Russell's ILBM2RAW was one of the most used tools throughout DMA's history, from the early days right through to the beginnings of GTA. The premise was simple; grab game graphics from a DPaint style IFF images, and output for a variety of machine types. It was called ILBM, because that was the files header or "signature" inside the actual file.








Dave and Russell used to live mere 2 minute walk from each other, so close in fact that whenever Mike was up visiting Russell, they would invariably end up around at Dave's at some point to view his latest work.







Blood Money Intro





For the Blood Money intro, Tony digitised a real rock, this was a very technical thing to do back then. Dave hurled these are the screen so they looked like Asteroids, and then got music from Ray Norrish, a sound track that stands out from the crowed even today!

The Complete History of
DMA Design
Mike Dailly

Chapter 2
Part 3



Editing with DPaint

While writing Menace, Russell had started a new program called ILBM2RAW, and over the years, everyone has either expanded it, or written their own. It took a DPaint pictures (.IFF or ILBM files), and cut graphics out for the programmer to use. This was to be a very important program in later years.

Russell was also playing with the Amiga, and did the usual bouncing colour bars that were common around this time, before doing a cool horizontal spinning block routine which was eventually used in the Blood Money title screen.

Russell finished off Menace some time later, and started on the PC port of Ballistix, and Mike for one was very grateful. DMA had by now gotten the all the source from the ST version (by Reflections), and hoped to get the important routines from it, and then port them to both the PC and C64.

Ballistix for the PC

The source code however, was a mess, and Mike had to clean it up before they all looked though it. Mike then spent 3 days solid formatting over 13,000 lines of 68000 source code into a readable format, then printing out the whole thing.

Russell then set about trying to decipher it all. Mike still has the printout, and it fills him with dread every time he opens it.

Russell however, was getting on quite well with it, and they set about doing the hard stuff, Russell on the PC, and Mike on the C64.

Dave meanwhile was sorting the office out. His Father-in-law to be owned a chip shop/restaurant in town called the Deep Sea, and also owned a little office across the road from it; an odd red and green building above a baby shop.

The First DMA Office

Dave got the office modernised - eventually, and carried on writing Blood Money. While he was doing the intro, Dave again "borrowed" some of Mike's code.

While Brian was at camp in America, he had lent Mike his Atari ST so he could have a play with it. He used the time to learn 68000, and then wrote his first ST demo.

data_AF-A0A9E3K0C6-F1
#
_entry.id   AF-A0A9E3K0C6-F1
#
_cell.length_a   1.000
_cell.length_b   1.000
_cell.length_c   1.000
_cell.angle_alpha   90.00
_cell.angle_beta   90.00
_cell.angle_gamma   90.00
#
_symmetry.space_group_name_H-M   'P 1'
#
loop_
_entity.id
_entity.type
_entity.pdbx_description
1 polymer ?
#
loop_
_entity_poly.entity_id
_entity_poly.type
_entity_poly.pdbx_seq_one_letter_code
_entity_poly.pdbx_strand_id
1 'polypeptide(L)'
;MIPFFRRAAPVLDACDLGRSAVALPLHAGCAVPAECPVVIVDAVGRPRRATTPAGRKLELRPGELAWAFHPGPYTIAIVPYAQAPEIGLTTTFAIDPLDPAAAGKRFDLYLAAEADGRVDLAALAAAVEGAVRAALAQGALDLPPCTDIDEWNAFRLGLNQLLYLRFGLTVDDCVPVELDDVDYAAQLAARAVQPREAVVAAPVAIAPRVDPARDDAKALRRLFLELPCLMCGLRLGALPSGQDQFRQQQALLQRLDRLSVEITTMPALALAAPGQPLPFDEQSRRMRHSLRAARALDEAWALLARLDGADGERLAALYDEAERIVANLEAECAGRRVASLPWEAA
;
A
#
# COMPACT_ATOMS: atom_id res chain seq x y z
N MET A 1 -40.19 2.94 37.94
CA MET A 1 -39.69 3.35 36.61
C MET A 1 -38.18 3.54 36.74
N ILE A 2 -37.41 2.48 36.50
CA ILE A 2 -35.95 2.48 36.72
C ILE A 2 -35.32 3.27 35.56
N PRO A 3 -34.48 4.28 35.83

Mikes first demo only took a couple of days and was a rotating star field, with a sinus scroller. A sinus scroller being a scrolling message that twists and bends up and down as it scrolls - like a sine wave!

Since Dave was doing a space sequence, he needed a star field for his intro, so Mike took out the rotating bit, and Dave used that. It wasn't a very good star field, as there's no real depth to it, and there's a flashing white dot right in the middle - but time was short, so Dave used it anyway.

Come August, the office was finally ready, and we moved in, it even had a DMA Design logo sign swinging on a pole like an old Tavern. Although this got later blown off during a bad storm and smashed, so it wasn't there very long.

XVID codec required to view intro
The Blood Money Intro

They all went back to Russell's to pick up the equipment, and pack it all away. Mike however, forgotten to "park" the machines Hard Disk - this was done on early machines to stop the hard disk heads moving during transportation; it's automatic these days.

By the time Mike remembered, the machine was already in bits, and waiting to be packed into the back of Dave's Astra. So when Mike wanted to plug it all back in, Dave just laughed, and told him not to worry - but he did.

As soon as they moved the machine in and sat it at Mikes desk, he powered it on to make sure it was still running; it was. Needless to say, he was mocked for a while on that.






















Flipping Blocks




Russell's flipping block routine was simply a vertical scale, yet allowed Dave to have quite a nice menu screen in Blood Money.








Atari ST





This was the Amiga's competitor, and although it was widly used for music applications due to its built in MIDI port, the Amiga was still the prefered platform for gamers.


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Text Copyright 2004 By Mike Dailly
All rights reserved.